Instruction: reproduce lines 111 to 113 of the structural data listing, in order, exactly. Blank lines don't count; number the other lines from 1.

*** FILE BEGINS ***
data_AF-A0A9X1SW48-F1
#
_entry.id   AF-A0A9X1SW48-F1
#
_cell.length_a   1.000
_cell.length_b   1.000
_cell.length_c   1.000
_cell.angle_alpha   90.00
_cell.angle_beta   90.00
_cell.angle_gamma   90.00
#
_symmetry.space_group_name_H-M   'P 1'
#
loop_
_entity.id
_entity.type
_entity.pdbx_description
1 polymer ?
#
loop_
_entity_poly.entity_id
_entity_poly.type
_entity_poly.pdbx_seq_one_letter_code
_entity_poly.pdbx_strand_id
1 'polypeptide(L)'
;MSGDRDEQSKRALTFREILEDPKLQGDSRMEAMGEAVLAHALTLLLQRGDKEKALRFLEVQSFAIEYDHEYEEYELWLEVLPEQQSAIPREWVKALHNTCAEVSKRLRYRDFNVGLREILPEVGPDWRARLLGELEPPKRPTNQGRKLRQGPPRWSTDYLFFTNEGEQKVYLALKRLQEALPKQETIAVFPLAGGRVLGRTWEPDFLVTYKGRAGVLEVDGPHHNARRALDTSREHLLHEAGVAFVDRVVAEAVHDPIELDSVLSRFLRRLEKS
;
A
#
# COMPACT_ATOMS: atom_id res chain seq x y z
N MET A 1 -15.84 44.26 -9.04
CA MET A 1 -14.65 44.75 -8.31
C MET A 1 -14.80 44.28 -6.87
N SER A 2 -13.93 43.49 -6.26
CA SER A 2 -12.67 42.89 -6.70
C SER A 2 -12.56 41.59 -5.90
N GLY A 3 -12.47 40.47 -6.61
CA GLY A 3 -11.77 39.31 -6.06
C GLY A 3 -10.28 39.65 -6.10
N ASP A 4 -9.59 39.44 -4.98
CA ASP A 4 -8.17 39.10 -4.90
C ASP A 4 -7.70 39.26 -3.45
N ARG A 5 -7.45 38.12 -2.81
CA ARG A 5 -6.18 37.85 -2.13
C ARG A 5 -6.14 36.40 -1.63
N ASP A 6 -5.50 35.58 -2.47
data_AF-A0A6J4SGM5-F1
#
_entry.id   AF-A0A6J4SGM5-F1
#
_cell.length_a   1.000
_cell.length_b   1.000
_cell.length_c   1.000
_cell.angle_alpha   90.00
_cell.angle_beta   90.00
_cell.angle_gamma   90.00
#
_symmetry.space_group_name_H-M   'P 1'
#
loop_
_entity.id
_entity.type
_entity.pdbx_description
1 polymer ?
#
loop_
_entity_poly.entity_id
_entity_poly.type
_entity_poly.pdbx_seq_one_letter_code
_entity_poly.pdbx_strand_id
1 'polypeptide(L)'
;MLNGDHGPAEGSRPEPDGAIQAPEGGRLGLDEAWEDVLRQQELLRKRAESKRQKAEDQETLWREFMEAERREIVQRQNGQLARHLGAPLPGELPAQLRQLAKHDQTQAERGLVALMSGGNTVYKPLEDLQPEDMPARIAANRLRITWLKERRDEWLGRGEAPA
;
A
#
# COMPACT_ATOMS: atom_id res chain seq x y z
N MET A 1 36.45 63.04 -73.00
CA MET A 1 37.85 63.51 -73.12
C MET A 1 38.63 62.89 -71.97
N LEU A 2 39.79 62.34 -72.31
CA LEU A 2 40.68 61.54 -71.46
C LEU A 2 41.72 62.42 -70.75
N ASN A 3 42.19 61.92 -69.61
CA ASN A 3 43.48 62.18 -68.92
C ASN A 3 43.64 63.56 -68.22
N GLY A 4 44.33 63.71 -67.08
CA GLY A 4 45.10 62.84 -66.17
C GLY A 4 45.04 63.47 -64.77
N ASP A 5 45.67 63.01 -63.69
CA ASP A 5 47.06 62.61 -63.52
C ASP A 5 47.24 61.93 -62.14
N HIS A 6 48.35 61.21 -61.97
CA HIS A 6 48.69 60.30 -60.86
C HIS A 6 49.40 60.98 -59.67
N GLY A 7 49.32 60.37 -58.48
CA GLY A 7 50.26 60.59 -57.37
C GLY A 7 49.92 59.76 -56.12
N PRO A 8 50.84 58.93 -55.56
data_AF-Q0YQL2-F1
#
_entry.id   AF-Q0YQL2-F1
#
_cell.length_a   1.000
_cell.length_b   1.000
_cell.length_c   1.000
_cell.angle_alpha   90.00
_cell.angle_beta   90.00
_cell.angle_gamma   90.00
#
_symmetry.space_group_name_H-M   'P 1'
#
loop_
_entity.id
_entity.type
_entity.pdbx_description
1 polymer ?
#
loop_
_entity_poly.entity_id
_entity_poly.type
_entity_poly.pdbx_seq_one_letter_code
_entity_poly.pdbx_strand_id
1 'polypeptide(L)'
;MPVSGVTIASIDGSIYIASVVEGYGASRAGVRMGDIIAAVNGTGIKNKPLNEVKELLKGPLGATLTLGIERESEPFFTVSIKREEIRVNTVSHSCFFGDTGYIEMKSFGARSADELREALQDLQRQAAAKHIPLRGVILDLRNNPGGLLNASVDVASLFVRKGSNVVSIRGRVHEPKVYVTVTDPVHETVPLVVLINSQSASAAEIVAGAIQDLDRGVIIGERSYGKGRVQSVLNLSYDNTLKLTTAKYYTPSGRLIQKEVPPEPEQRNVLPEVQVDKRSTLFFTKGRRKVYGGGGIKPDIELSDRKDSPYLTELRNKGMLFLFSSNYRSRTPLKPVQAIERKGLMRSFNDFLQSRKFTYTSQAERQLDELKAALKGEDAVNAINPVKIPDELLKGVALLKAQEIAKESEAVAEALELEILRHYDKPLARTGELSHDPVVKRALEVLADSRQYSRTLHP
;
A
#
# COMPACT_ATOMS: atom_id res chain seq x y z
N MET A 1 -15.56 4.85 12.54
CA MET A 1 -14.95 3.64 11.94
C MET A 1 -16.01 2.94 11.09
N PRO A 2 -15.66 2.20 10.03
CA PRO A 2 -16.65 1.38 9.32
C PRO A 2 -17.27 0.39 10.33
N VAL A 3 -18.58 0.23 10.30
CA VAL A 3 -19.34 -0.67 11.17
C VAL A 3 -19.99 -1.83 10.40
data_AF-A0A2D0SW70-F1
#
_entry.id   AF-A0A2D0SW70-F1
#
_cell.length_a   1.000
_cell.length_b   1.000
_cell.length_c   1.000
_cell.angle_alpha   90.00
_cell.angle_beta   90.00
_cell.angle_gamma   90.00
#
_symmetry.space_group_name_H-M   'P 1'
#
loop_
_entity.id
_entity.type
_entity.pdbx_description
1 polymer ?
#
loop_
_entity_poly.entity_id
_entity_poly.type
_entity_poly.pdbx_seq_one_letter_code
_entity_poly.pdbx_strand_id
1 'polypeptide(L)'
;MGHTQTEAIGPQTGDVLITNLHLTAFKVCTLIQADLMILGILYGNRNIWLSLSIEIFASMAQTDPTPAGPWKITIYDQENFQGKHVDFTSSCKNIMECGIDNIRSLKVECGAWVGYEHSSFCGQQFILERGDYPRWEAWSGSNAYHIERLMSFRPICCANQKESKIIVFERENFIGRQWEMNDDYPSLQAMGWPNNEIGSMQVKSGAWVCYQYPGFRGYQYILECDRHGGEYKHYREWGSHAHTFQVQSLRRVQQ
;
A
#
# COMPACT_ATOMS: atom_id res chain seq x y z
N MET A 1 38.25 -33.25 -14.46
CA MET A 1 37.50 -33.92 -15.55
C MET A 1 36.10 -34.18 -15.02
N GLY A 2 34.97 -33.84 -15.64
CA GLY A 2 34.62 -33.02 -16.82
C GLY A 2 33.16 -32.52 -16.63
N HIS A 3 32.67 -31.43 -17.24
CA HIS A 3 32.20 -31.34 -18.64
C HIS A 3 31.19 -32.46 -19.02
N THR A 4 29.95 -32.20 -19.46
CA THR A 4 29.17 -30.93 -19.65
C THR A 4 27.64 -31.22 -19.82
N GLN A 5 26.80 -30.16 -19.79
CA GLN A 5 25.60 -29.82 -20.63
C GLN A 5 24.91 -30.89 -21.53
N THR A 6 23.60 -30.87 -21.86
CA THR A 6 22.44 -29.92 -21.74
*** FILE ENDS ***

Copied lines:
#
loop_
_entity.id